Practice in a controlled, safe environment. Build your skills and confidence, then enjoy the rewards of traditional adventure, all as part of being a well rounded rock climber.

Bela G. Vadasz started rock climbing in the late 60's when driving pitons and tiny bolts were the only form of artificial anchors. Since then, he has taught hundreds of students "state-of-the-art" techniques that follow the evolution of climbing gear.

Route Maps on our Website!
There are lots of extra tidbits of information sprinkled throughout our website like topo maps of the routes we take on many of the trips we guide. Naturally we want you to join us on those trips. However, we also recognize that sometimes it simply doesn't work out logistically for you to join us. Nonetheless, we share it with you because as a fellow mountaineer we know you would benefit from the info.

One of our more popular summer trips is to the summit of Mt. Whitney. We take the mountaineers route. Unlike the standard route, it requires some first hand knowledge of the terrain and the term "trail" is loosely defined. For instance, in a couple of sections, like the Ebersbacher Ledges, no trail is actually visible since we are following a set of cracks on bare rock. Nonetheless there is an optimal path to take which is detailed in the topo map for the Whitney climbing trip. Besides a route map, we also provide things like a trip specific equipment list, general logistics, and suggested reading material.

More Climbing Dates Added
Do you feel like you're just getting warmed up for doing the routes you really want to do this season? Ditto. So we're adding a bunch of extra climbs to our schedule in the last half of September (look below for courses and specific dates). If the weather holds, the same may apply for early October. Give us a call to confirm dates, or to set up a privately guided climb for yourself or a small group of friends. September is a great time to push it a bit at classic sites like Lovers Leap, Castle Crags, Donner Pass or the Eastern Sierra.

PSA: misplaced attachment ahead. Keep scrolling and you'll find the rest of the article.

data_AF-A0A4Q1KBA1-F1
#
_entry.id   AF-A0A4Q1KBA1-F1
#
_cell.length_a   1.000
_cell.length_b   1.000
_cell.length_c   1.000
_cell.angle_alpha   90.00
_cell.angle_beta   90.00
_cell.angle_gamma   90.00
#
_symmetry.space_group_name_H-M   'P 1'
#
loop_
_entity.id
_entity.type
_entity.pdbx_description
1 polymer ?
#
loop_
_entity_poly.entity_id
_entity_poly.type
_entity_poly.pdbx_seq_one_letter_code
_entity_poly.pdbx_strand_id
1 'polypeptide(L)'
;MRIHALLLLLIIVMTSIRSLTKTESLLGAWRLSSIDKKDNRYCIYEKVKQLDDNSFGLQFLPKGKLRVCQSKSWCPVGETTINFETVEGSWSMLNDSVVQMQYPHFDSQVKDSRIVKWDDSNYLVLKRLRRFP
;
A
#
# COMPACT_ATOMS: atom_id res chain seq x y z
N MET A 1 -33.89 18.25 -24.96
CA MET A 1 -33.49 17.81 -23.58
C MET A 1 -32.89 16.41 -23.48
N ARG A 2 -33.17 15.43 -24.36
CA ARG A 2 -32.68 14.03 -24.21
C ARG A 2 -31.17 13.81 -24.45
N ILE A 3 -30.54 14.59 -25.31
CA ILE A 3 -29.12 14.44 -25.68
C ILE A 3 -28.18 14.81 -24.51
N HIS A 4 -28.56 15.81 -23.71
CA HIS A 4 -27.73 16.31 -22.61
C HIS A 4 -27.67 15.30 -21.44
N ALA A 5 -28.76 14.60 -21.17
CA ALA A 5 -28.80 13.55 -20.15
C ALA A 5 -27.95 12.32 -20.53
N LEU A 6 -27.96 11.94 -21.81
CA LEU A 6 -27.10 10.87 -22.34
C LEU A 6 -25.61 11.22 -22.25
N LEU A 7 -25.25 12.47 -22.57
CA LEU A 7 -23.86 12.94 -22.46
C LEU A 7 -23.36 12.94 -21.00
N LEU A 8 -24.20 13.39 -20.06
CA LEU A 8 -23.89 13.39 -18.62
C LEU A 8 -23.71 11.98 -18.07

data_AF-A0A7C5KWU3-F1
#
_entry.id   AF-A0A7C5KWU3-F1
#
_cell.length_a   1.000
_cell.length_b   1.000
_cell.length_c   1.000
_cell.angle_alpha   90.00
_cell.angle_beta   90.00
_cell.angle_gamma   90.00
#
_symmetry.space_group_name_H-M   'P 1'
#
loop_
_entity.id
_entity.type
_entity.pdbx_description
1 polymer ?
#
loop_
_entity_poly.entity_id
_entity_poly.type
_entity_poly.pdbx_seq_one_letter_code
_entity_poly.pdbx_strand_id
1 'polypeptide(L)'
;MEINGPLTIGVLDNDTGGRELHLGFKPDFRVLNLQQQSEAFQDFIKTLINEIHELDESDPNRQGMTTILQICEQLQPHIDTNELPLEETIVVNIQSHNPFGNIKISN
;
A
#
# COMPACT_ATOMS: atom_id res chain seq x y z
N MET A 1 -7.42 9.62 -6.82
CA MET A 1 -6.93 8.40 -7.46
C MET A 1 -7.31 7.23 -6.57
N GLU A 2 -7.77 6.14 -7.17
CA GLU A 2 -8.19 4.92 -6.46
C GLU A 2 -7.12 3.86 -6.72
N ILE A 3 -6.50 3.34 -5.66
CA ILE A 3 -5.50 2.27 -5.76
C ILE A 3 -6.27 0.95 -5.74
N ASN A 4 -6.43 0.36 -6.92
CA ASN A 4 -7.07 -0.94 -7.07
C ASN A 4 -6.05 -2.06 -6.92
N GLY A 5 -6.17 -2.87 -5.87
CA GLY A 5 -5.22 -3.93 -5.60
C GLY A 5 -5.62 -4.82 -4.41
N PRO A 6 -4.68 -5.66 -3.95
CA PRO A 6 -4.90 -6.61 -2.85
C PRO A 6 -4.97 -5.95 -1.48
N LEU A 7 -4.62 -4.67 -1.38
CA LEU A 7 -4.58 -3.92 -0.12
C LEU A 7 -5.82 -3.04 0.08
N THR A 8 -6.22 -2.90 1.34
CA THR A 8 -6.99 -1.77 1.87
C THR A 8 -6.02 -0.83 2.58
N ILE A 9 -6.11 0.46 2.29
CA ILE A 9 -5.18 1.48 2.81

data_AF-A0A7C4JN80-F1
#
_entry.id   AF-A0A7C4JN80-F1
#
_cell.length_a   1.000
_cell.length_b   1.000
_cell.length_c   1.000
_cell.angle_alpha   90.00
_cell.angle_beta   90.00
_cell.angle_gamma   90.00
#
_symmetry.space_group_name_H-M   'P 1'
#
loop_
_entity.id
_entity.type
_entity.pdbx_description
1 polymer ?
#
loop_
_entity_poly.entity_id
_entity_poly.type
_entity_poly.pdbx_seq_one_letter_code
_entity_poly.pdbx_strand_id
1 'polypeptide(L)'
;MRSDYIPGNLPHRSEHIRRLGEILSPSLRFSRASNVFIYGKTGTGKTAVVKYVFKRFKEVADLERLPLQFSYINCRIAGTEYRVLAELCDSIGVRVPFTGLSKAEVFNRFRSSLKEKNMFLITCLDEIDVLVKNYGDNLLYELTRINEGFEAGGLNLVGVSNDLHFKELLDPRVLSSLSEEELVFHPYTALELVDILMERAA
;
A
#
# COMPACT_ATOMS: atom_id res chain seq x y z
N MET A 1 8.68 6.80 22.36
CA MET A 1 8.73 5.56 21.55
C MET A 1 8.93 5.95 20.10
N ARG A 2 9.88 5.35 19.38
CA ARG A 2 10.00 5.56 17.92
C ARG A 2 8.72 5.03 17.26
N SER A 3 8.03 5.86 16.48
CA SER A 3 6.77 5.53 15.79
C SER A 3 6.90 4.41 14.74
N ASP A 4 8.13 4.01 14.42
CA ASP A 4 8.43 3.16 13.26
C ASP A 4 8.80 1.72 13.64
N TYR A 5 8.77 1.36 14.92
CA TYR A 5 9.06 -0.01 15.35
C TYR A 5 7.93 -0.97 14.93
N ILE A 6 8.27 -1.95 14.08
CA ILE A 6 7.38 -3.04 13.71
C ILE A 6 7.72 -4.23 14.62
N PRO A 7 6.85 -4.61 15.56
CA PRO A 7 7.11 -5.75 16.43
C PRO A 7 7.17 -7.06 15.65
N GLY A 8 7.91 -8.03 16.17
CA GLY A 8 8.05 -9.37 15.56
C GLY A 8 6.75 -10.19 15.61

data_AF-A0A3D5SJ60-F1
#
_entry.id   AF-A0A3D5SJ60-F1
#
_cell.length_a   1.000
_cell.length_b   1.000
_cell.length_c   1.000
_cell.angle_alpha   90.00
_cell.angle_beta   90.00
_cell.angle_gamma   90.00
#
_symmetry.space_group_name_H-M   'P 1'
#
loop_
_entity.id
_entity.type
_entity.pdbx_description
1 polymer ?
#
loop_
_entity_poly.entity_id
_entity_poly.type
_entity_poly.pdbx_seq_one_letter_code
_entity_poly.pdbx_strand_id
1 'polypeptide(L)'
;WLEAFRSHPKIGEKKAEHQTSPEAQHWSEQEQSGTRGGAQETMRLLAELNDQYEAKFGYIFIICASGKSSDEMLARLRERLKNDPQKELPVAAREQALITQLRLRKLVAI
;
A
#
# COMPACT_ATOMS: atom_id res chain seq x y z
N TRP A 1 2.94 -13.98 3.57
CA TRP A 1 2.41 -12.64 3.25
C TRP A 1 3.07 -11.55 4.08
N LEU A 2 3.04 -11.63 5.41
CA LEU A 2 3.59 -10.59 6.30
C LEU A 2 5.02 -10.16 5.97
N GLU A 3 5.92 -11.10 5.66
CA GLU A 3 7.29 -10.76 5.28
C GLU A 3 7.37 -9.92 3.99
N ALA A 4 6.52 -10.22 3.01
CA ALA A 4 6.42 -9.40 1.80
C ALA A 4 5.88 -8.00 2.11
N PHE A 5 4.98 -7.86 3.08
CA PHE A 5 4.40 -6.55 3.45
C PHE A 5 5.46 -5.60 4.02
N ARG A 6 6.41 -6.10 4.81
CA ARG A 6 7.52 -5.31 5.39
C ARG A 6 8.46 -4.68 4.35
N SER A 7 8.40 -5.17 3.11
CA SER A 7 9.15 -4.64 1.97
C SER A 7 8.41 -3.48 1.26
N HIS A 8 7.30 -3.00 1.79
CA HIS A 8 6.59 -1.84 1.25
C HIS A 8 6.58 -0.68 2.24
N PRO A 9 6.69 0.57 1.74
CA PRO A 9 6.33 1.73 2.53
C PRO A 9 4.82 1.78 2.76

We look forward to climbing with you and helping you achieve your goals. If you can't find the answer to a question on our website, give us a call.

Bela & Mimi Vadasz
Directors - Alpine Skills International

Beginning Rock Courses:

Intro To Rock Climbing   Step 1
Every Wed & Sat

The Next Move   Step 2
Every Sun

Learn To Follow Multi-Pitch   Step 3
Aug 16, 2008  (Sat)
Sept 13, 2008  (Sat)
Sept 27, 2008  (Sat)

Intermediate Rock Clinics:

Rock Anchoring Clinic   Step 4
Aug 23, 2008  (Sat)   Full
Sept 13, 2008  (Sat)
Sept 20, 2008  (Sat)

Learn To Lead   Step 5
Aug 17, 2008  (Sun)
Aug 31, 2008  (Sun)
Sept 14, 2008  (Sun)
Sept 21, 2008  (Sun)

Climber's Self Rescue   Step 6
Aug 24, 2008  (Sun)
Sept 14, 2008  (Sun)

Advanced Rock Workshops:

Sport/Face Climbing   Step 7
Sept 21, 2008  (Sun)

Crack Climbing Improvement   Step 8
Sept 28, 2008  (Sun)

Direct Aid & Big Wall Technique   Step 9
Aug 30, 2008  (Sat)
Sept 13, 2008  (Sat)

 Paul Adams, Davide Sartoni
     Logan Talbott, Mimi Vadasz
©2012 Alpine Skills International